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Friday, 28 August 2015

Zero Waste Week 2015

Have you signed up to Zero Waste Week yet?  This year it is taking place from 7th to 13th September and it is all about reuse.

You can sign up on the Zero Waste Week website for a series of daily emails from Monday to Friday taking a different waste stream each day and giving you tips on how to reduce that waste through reuse of materials.

I've taken part in Zero Waste Week for the last two years and I've found it a great opportunity to have a good clear out and cut down on the amount of unused resources around the house.  The 2013 waste week was all about reducing food waste and I enjoyed the challenge of using up everything in my fridge. Here's my blog post all about it.

In 2014 the theme for the week was 'One More Thing"  and my "One MoreThing" pledge was to GET MENDING.

In the summer of 2013 I had a huge clear-out and parted with 80 bags of bits and pieces to recycling bins or to my local community shop.  With my daughters to help out, we went through every room in the house and cleaned, tidied and sorted out the things we didn't use and popped them into our bags to take to the charity shop or relevant recycling point.  Clearing out on such a huge scale meant that speed was of the essence and that meant not dealing with the bits and pieces that we couldn't give away because they were broken or needed a thorough clean or some other time-consuming treatment.  That's what led me to my 2014 Zero Waste Week pledge to GET MENDING.  I'm not naturally good at mending stuff.  I find it a challenge and so that's why I thought that making this my focus for Zero Waste Week would help me to finish off the clearing out job that I'd started the previous year.  And it did!  With the help and advice in the daily emails and my own daily blog posts about the mending experience I successfully repaired and often re-homed several more items.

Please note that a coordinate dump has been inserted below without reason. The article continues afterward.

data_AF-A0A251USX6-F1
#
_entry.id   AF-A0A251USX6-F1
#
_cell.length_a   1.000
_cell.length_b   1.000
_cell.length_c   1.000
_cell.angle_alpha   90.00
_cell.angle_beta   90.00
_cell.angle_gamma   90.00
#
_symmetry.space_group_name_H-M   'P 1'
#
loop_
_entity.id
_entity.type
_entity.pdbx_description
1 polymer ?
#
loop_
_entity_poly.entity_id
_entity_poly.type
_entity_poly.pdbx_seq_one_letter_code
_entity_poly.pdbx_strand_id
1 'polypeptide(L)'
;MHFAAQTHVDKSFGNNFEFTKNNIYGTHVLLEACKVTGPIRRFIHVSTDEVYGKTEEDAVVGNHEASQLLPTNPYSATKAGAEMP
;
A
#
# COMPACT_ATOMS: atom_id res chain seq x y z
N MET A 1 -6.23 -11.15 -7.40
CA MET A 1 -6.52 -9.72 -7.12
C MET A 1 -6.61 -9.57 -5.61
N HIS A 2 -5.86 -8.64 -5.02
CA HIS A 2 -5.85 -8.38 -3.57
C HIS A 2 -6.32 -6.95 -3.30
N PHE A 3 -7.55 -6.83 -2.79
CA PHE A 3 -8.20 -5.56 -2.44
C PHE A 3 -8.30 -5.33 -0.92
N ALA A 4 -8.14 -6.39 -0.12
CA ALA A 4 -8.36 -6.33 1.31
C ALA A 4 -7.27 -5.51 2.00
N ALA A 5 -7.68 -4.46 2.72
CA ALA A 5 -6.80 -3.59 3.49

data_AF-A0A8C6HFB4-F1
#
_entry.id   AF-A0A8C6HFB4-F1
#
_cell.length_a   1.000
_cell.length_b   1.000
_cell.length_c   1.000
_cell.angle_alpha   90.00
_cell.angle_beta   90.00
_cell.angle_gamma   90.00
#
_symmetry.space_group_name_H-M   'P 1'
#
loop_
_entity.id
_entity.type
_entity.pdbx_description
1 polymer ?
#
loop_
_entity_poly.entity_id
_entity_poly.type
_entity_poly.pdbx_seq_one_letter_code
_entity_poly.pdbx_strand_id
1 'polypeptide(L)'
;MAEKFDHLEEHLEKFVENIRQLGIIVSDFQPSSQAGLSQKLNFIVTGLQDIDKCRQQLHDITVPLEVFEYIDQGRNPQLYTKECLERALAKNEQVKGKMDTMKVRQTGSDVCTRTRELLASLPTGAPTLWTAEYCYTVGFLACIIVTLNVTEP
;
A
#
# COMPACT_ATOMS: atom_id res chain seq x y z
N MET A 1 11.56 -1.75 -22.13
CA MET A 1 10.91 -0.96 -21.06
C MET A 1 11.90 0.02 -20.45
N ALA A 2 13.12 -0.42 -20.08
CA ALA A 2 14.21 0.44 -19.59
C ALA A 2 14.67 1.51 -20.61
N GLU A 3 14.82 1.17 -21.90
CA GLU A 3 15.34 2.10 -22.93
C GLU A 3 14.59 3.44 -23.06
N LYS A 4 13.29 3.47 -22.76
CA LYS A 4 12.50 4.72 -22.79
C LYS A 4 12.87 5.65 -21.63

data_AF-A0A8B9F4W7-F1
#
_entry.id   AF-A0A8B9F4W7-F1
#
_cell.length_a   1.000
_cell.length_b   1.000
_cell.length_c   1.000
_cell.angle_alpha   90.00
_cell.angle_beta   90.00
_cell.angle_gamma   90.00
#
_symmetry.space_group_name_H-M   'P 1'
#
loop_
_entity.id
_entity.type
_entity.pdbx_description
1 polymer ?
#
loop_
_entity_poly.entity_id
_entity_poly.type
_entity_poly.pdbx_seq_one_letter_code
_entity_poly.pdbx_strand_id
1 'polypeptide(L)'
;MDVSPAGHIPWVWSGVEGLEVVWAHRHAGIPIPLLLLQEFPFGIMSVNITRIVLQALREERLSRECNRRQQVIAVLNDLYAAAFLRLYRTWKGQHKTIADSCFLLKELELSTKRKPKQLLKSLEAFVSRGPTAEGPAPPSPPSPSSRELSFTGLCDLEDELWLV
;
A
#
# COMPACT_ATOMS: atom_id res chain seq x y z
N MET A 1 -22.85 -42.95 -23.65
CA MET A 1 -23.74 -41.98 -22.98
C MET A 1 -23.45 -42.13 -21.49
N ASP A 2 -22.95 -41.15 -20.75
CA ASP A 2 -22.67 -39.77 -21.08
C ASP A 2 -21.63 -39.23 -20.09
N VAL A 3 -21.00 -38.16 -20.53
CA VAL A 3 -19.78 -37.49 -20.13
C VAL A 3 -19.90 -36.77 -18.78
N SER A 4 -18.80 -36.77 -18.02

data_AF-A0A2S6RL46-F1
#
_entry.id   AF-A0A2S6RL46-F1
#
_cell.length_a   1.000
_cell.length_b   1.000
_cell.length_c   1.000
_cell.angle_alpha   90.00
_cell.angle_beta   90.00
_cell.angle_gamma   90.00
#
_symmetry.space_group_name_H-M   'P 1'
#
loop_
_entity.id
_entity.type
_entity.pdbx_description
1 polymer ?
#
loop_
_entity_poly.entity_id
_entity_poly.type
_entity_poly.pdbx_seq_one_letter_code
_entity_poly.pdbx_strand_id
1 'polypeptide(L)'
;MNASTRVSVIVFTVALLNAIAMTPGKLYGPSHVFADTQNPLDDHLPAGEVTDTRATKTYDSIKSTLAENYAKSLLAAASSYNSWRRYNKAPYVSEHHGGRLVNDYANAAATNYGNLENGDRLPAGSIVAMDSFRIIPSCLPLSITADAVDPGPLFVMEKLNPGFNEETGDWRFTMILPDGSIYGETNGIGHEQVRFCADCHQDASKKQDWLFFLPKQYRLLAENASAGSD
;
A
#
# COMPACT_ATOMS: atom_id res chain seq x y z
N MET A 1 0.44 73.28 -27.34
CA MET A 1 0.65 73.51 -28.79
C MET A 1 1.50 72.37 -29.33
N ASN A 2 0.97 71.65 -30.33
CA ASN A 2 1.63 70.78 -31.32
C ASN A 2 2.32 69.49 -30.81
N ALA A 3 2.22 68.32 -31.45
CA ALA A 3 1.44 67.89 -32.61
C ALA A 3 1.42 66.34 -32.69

For a while these lovely ladies graced the window of our community shop.
  I'm sure they preferred the view here to being stuck on top of the wardrobe gathering dust!
I successfully re-homed an old saddle and bridle after giving them a really good clean.  They were put back into service on a pony.  I parted with some netting from the village cricket nets to an allotment, to be used as a fruit cage I think.  I mended a porcelain doll and gave this away to a children's entertainer.  One thing I didn't manage to find the time to mend were some very lovely, but broken chairs.  Thanks to freegle I gave them away to someone who would mend them!  I also patched a pair of jeans with some snazzy material from an old sheet.  It was great to realise that I can actually still sew.  All in all, it was an excellent week of getting some resources back into use.  Each day I managed to mend at least 'One More Thing'.

So…What's it to be for 2015?  This year, I've been cutting down on packaging, particularly avoiding single use plastic.  It has been very hard and not entirely successful, though my packaging has been drastically reduced.  One of the things that my plastic free year has brought to my attention is just how much plastic packaging we already had around the house, and in fact just how much stuff we still have despite our efforts at clearing out and de-cluttering.  So this year for Zero Waste Week, as my contribution to 'reuse' I'm going take a good look at all the stuff that we have around the house and see if I can again get some of it back into reuse, by re-purposing it, by giving it away or getting it into a recycling bin to be be turned into something that would be of use.